They took it away and assured me that they would investigate getting it transferred onto something useful in our ‘modern’ era. I never saw or heard from them again on the issue — I shall have to send a reminder email to see where they are at. But I’m guessing that no news is bad news, in this instance. The technology may no longer exist to hear those recordings.

I know that archivists are acutely aware of the impact of the frighteningly fast changes in technology. Records put on one kind of disk or burned onto a CD Rom seem out of date just a few short years later. Even computers, with their constant upgrades, no longer seem to take into account ‘older’ technology. (For various aspects of this debate and concern, see:http://blogs.cisco.com/government/technology-changes-the-game-for-next-generation-governments/; http://archivists.ca/content/technology-and-archives-special-interest-section. See also various articles inArchivaria.)

I have one computer that I no longer use but am too afraid to throw away, because it has a ZIP drive and a 3.5 inch floppy — neither of which my new computer possesses. I still have old documents, including my MA thesis, on 3.5 floppies and zips. One of the reasons I bought a tablet computer was so that my children would get used to using touch technology — but I also note their frustration when they have to use my ‘old’ computer. It is pretty slow, by comparison. I can’t imagine what they’d think of my stored computer, gathering dust in the bottom of my closet. I think it has Windows, but a really old version.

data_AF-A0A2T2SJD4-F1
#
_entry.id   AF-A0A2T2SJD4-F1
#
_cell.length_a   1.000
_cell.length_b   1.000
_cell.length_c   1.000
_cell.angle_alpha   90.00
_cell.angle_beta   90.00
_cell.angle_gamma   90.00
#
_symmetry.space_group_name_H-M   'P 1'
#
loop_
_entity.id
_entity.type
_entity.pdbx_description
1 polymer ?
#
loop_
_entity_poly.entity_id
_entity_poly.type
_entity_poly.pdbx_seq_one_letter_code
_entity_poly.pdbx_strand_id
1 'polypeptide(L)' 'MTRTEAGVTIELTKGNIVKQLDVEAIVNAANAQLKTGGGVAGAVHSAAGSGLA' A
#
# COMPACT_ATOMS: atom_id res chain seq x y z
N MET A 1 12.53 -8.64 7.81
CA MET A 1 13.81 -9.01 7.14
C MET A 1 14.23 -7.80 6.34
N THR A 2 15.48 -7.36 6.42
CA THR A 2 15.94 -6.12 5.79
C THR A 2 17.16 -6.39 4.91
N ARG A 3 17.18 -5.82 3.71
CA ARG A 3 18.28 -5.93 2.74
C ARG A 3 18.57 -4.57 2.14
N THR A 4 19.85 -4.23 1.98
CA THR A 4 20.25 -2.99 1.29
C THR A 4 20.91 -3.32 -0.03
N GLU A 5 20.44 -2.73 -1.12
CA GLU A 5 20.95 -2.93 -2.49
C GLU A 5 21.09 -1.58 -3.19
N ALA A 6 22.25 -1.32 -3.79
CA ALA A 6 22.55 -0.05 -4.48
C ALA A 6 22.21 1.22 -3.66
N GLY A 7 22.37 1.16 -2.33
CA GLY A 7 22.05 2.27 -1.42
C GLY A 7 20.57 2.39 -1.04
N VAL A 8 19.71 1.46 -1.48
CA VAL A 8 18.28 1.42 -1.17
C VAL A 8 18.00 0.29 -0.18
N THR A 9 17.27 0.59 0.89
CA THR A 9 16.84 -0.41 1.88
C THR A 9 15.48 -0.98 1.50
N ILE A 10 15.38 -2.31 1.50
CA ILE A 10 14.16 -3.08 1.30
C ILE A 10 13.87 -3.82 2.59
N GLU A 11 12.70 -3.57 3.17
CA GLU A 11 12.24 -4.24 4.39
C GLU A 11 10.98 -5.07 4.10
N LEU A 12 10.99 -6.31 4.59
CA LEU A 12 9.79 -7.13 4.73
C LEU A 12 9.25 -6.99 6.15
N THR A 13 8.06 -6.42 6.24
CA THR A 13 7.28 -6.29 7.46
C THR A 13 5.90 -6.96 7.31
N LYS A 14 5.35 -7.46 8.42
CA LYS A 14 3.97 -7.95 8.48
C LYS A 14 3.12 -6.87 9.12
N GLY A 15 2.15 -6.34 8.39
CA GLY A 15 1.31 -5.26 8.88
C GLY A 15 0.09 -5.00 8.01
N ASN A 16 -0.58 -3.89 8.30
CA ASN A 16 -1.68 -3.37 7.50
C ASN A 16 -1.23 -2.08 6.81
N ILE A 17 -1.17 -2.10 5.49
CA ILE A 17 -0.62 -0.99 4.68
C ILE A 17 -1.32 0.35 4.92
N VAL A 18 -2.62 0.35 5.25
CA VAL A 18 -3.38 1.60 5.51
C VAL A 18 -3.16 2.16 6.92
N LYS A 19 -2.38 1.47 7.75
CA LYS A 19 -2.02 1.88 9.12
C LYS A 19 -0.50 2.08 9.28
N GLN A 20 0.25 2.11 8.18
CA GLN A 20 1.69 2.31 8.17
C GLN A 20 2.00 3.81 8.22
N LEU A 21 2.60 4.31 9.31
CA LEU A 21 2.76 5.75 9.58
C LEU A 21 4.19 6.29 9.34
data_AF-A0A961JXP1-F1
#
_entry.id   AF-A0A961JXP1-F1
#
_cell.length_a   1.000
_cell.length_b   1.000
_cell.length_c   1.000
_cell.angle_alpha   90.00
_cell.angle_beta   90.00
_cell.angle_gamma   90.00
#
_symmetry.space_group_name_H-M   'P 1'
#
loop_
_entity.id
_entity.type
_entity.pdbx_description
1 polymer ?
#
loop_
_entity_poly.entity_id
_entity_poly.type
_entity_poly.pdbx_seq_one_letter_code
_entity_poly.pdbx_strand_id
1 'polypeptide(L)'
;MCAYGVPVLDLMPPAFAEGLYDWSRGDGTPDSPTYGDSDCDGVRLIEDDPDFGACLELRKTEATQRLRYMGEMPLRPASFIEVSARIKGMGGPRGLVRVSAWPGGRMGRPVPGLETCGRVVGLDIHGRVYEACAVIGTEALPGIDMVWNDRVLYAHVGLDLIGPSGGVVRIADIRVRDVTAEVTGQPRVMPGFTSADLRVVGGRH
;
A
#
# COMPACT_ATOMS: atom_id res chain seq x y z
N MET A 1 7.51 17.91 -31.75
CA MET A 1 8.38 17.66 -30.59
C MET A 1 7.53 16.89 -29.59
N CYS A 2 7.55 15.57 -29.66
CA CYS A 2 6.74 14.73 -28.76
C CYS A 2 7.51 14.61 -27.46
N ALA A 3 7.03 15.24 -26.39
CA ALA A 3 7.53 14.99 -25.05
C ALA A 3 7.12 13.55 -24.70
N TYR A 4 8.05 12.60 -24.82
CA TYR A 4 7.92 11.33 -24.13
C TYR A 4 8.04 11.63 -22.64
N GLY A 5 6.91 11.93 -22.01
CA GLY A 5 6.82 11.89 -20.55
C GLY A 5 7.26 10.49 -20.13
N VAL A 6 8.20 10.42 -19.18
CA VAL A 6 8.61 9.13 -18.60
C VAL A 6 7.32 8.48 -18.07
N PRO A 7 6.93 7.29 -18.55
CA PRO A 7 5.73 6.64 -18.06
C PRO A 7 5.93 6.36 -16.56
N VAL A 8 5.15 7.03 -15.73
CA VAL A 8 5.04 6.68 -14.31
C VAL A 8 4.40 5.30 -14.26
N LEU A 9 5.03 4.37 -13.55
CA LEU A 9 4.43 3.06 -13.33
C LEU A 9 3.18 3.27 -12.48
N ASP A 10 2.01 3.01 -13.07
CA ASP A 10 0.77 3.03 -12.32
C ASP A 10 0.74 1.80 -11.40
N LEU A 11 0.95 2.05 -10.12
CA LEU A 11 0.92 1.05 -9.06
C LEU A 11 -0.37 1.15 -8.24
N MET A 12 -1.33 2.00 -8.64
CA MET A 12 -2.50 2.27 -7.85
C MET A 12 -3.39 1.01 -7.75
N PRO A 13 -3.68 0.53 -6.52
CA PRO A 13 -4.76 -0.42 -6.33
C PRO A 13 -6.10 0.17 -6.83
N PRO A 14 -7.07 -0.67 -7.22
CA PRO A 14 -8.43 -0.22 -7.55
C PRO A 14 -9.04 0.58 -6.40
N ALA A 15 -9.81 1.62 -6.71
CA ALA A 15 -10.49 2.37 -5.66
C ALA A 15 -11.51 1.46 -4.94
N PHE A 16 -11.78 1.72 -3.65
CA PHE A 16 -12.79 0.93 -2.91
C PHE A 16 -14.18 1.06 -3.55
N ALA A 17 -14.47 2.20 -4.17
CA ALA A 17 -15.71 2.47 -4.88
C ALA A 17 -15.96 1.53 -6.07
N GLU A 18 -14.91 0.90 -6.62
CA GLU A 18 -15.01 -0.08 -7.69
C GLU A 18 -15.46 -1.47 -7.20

(Full disclosure: this house has two desktop computers that are hooked up, and one in storage, in addition to two laptops, one tablet, two ipods and two smartphones. There are four people).

So, although I suppose some people may call me a technological hoarder, I can see the benefit: after all, I had a ghetto blaster, that worked, just when my son needed it. That’s something. I just have to make sure I have a house big enough to keep all my old computers and other technology, when the new ones enter our lives.

Read Full Post »